Being a business owner can be stressful; not only do you have to worry about staffing and general operations, but you also have to deal with issues like shrinkage. Shrinkage can be a big problem for retailers, particularly in relation to retail theft. It can be very frustrating, when you’ve worked hard to build up your business, to have people steal from you. Shoplifting is a common issue that brick and mortar stores face. In fact, incidents of shoplifting in UK supermarkets rose by nearly 8% between 2014 and 2017, according to figures gathered by the Press Association (PA). But did you know that promoting good customer service could actually act as a deterrent for shoplifters? This article will discuss some of the ways your staff can employ good customer service to both improve customer experience and stop retail theft.
Under-staffing can be a big problem for retailers. Depending on the size of your shop, you may only need one employee to oversee all of it, or you may have a couple of different areas in your shop that need to be staffed. However, having only one employee in an area means they are open to being distracted. They may have to answer a customer query or may be purposely distracted by an accomplice. Another problem is that the area is empty if they go to the bathroom or go to get something from the storeroom.
Attentive & Engaged
Encourage your staff to be available and engage with customers on the floor. If you see a customer, you should ask if you can help them find something or if they need a hand with anything. Let them know you’ll be nearby if they need anything. This serves a dual purpose as it promotes excellent customer service, but also serves as a deterrent for prospective shoplifters, as they are aware staff are around watching. Encourage your staff to let security know if they see someone acting suspiciously, or if there is no security guard for your store or shopping centre, staff should follow the standard operating procedures that they have been trained in.
It’s important to train your staff in both customer service and Standard Operating Procedures (SOPs). Employees should be taught how to approach a shoplifting situation if it occurs. They should know not to accuse customers of stealing, as if they are wrong the store can be sued. Also, before a customer has actually left the store premises, they aren’t guilty of stealing. Of course, the safety of your employees is also paramount, and following SOPs help to minimise danger for staff; as they know how to deal with situations without putting themselves at unnecessary risk. If a shoplifting situation does occur, staff should also know how to deal with the Gardaí afterwards.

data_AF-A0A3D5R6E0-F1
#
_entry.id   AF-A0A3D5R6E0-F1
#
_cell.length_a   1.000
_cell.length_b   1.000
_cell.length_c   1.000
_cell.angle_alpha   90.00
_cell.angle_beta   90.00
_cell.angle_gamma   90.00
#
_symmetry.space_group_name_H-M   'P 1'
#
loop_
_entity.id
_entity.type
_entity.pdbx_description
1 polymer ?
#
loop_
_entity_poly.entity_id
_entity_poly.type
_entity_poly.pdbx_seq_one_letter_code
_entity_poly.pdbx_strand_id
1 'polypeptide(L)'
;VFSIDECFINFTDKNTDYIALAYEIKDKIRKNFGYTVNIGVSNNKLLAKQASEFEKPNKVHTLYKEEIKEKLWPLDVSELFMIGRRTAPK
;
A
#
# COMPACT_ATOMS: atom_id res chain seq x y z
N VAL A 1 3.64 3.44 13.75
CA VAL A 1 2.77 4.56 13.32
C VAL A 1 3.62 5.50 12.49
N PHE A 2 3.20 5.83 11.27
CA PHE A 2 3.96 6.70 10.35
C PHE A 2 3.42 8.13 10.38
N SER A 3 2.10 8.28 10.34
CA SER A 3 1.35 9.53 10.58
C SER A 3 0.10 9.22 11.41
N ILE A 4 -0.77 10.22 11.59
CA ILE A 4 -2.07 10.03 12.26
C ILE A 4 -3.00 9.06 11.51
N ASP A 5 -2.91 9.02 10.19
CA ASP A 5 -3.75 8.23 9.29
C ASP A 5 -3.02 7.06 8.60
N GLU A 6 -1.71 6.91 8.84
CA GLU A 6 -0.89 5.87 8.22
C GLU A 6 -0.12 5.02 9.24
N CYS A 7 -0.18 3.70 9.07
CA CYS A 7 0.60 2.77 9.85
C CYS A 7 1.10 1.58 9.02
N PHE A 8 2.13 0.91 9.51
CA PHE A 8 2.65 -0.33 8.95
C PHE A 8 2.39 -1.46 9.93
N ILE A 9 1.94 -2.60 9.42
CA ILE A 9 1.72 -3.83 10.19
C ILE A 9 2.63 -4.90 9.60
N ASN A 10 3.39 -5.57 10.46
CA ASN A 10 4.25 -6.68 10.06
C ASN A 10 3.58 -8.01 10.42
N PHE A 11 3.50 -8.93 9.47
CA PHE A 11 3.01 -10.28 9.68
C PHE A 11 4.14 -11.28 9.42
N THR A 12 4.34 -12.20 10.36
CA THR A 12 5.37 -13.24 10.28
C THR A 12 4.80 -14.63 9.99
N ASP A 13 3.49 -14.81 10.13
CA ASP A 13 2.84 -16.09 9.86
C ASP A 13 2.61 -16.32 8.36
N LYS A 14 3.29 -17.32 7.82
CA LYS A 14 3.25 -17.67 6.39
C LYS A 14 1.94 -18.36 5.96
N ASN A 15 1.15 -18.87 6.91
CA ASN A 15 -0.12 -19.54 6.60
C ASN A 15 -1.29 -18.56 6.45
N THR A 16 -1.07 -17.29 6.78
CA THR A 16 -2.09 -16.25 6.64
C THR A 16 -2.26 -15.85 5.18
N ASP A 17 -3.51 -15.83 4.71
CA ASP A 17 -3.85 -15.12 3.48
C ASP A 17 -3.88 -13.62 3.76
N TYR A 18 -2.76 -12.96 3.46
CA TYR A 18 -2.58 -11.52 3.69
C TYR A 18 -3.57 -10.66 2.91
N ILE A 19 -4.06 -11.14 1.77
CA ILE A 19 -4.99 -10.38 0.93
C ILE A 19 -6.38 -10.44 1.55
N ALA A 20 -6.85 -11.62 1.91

It’s much easier to see if something is missing if the shop is tidy. Make sure employees pick things up off the floor and pull forward stock to fill the shelves. This may not seem like a customer service tip; but a clean and tidy shop makes for a much nicer shopping experience. It’s easier to find what you’re looking for if everything is in the right place; and it’s better if you don’t have to stretch to reach the very back of the shelf.
It’s not fair to fully rely on staff to prevent shoplifting. While they can act as a deterrent there are numerous other factors to consider. Some other factors to think about are layout and the security measures you have or could put in place. Having some sort of CCTV system in your store is definitely a good idea. It can not only help you to spot shoplifters but can help the Gardaí to catch the shoplifter and serve as evidence in Court. Having CCTV or security guards working for you can make your store much more secure but can also be expensive. If you need an influx of cash to help fund your staff training, or your security measures, you should consider GRID’s business loan. Its flexible repayments work with your credit/debit card machine so that your cash flow doesn’t become stretched.
Find out more about GRID's retail business loan here.